The terms resident and sedentary are usually applied to birds that occupy the same general areas year-round, and to populations that make no obvious large-scale movements resulting in changes in geographical distribution. The term migration is less easily defined because it means different things to different people. Ornithologists tend to use the word only for return movements between breeding and non-breeding areas, but biologists working with other organisms often use the term more widely. For purposes of convenience in this book, I shall divide bird movements into six main types:
• First, there are the everyday routine movements centred on the place of residence, which occur in all birds, whether classed as resident or migratory. Typically, they include the flights from nesting or roosting sites to feeding sites, or from one feeding site to another, and can occur in any direction. In most birds these movements are short and localised, restricted to a circumscribed home range, and extend over distances of metres or kilometres. But in other species (not-ably pelagic birds) regular foraging movements can extend over hundreds of kilometres out from the nesting colony.
• Second, there are one-way dispersal movements. In both sedentary and migratory bird species, after becoming independent of their parents, the young disperse in various directions from their natal sites. Individual young seem to have no specific inherent directional preferences, so within a population, dispersal movements seem to occur randomly in all directions. In most bird species, dispersal distances can be measured in metres, kilometres or tens of kilometres, but in a few species (notably pelagic birds), such distances can be much greater (Chapter 20). Post-fledging dispersal of this type does not usually involve a return journey (see below), but in any case most surviving young subsequently settle to breed at some distance from their hatch-sites (called natal dispersal). In addition, some adults may change their nesting locations from year to year (breeding dispersal), or their non-breeding locations from year to year (here called non-breeding or wintering dispersal).
• Third, there is migration, in which individuals make regular return movements, at about the same times each year, often to specific destinations. Compared with the above movements, migration usually involves a longer journey over tens, hundreds or thousands of kilometres and in much more restricted and fixed directions. Most birds spend their annual non-breeding period at lower latitudes than their breeding period, but some migrate to similar latitudes in the opposite hemisphere where the seasons are reversed. Such migration occurs primarily in association with seasonal changes in food availability, resulting from the alternation of warm and cold seasons at high latitudes, or of wet and dry seasons in the tropics. Overall, directional migration causes a massive movement of birds twice each year between regular breeding and wintering ranges, and a general shift of populations from higher to lower latitudes for the non-breeding season.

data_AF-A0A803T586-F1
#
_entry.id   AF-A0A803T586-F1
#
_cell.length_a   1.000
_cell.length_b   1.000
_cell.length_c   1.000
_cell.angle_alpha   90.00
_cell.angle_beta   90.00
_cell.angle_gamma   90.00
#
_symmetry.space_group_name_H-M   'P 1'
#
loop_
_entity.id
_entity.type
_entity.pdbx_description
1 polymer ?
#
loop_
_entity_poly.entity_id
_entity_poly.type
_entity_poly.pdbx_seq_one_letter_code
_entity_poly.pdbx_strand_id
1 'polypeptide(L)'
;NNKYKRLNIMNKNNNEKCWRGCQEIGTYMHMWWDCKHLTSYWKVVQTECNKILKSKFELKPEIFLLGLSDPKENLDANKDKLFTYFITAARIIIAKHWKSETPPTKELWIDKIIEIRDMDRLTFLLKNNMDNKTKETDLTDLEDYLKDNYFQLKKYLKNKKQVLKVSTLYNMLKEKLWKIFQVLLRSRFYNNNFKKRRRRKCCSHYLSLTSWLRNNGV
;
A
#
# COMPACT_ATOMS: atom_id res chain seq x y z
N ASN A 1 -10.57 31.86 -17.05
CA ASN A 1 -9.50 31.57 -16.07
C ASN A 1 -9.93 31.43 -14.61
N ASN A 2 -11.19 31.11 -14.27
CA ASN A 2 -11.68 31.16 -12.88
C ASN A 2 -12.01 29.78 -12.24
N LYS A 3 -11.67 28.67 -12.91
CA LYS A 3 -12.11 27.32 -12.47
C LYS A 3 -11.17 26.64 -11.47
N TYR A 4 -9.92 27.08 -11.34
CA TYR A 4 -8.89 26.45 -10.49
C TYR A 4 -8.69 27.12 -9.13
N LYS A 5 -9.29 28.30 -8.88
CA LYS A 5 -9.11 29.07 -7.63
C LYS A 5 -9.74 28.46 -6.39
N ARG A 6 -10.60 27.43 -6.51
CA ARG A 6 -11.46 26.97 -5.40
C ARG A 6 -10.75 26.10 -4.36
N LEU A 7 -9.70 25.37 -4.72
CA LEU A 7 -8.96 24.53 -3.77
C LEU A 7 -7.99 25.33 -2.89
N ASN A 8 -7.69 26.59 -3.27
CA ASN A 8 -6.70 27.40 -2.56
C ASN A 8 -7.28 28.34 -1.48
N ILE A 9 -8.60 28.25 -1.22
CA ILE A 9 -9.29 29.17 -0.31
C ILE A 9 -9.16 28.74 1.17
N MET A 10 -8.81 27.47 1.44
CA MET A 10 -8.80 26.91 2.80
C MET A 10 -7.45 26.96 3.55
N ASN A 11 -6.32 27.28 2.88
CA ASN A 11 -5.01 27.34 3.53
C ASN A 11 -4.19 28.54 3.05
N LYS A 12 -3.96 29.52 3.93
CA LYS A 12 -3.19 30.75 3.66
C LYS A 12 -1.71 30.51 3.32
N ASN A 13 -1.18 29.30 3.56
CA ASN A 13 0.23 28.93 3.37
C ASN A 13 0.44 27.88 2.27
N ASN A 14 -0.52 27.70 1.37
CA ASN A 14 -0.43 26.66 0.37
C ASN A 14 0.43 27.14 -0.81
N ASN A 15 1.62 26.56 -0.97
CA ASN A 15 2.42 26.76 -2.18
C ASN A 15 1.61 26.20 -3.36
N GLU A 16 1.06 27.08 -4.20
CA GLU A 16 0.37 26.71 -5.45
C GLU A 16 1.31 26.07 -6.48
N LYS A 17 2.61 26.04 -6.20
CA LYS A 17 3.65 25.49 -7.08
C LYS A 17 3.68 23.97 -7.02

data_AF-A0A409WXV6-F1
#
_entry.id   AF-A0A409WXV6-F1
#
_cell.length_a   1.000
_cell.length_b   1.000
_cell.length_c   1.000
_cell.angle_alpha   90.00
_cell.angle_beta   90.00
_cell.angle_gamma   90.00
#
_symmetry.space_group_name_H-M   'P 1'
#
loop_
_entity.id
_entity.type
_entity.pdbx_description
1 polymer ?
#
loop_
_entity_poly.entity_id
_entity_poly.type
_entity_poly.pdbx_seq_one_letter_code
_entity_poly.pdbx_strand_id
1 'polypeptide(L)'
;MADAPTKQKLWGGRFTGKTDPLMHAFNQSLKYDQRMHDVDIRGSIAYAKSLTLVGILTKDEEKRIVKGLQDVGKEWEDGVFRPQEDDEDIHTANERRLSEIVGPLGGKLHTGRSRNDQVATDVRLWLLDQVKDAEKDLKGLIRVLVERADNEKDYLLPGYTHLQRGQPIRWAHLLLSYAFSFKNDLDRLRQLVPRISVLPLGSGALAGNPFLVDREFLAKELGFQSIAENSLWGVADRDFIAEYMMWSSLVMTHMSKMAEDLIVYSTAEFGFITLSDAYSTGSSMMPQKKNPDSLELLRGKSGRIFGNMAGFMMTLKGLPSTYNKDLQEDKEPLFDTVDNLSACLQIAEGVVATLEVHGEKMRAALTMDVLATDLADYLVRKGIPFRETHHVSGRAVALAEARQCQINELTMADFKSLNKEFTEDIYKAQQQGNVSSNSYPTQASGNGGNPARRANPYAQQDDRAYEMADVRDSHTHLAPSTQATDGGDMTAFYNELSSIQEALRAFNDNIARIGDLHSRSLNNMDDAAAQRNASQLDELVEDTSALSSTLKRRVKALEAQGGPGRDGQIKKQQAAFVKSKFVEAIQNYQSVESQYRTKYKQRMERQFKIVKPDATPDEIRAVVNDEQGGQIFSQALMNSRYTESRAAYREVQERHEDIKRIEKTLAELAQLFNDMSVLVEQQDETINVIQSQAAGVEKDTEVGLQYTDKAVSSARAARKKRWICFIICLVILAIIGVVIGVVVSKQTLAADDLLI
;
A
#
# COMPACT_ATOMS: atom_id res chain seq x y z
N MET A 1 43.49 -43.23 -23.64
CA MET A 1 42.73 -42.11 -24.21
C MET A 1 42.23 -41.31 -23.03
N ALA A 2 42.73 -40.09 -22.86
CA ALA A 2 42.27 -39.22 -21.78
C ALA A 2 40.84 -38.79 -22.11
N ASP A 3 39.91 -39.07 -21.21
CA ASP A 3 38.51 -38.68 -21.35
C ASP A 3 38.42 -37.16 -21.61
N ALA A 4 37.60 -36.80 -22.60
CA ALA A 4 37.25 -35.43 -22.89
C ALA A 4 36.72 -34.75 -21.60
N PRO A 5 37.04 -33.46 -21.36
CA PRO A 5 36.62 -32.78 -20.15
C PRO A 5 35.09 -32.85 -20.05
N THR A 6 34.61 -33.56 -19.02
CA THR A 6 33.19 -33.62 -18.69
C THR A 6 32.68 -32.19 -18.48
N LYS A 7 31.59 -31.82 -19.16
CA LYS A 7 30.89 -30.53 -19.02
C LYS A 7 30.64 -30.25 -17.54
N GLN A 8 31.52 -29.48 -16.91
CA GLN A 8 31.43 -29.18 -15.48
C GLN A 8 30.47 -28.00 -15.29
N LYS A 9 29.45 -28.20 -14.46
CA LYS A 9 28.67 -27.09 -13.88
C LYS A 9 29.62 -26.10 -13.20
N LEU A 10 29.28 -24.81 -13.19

• Fourth, there is another category of migration, which I have called dispersive migration, in which post-breeding movements can occur in any direction from the breeding site (like dispersal), but still involve a return journey (like other migration). Although these movements occur seasonally between breeding and non-breeding areas, they do not necessarily involve any change in the latitudinal distribution of the population, or any change in its centre of gravity. They are evident in some landbird species usually regarded as 'resident' (Chapter 17), and include altitudinal movements in which montane birds shift in various directions from higher to lower ground for the non-breeding season. In addition, many seabirds can disperse long distances in various directions from their nesting colonies to over-winter in distant areas rich in food, returning to the colonies the following spring.
• Fifth, there are irruptions (or invasion migrations), which are like other seasonal migrations, except that the proportions of birds that leave the breeding range, and the distances they travel, vary greatly from year to year (the directions are roughly the same but often more variable between individuals than in regular migration). Such movements are usually towards lower latitudes, and occur in association with annual, as well as with seasonal, fluctuations in food supplies. In consequence, populations may concentrate in different parts of their non-breeding ranges in different years. Examples include some boreal finches that depend on sporadic tree-seed crops and some owls that specialise on cyclic rodent populations (Chapters 18 and 19).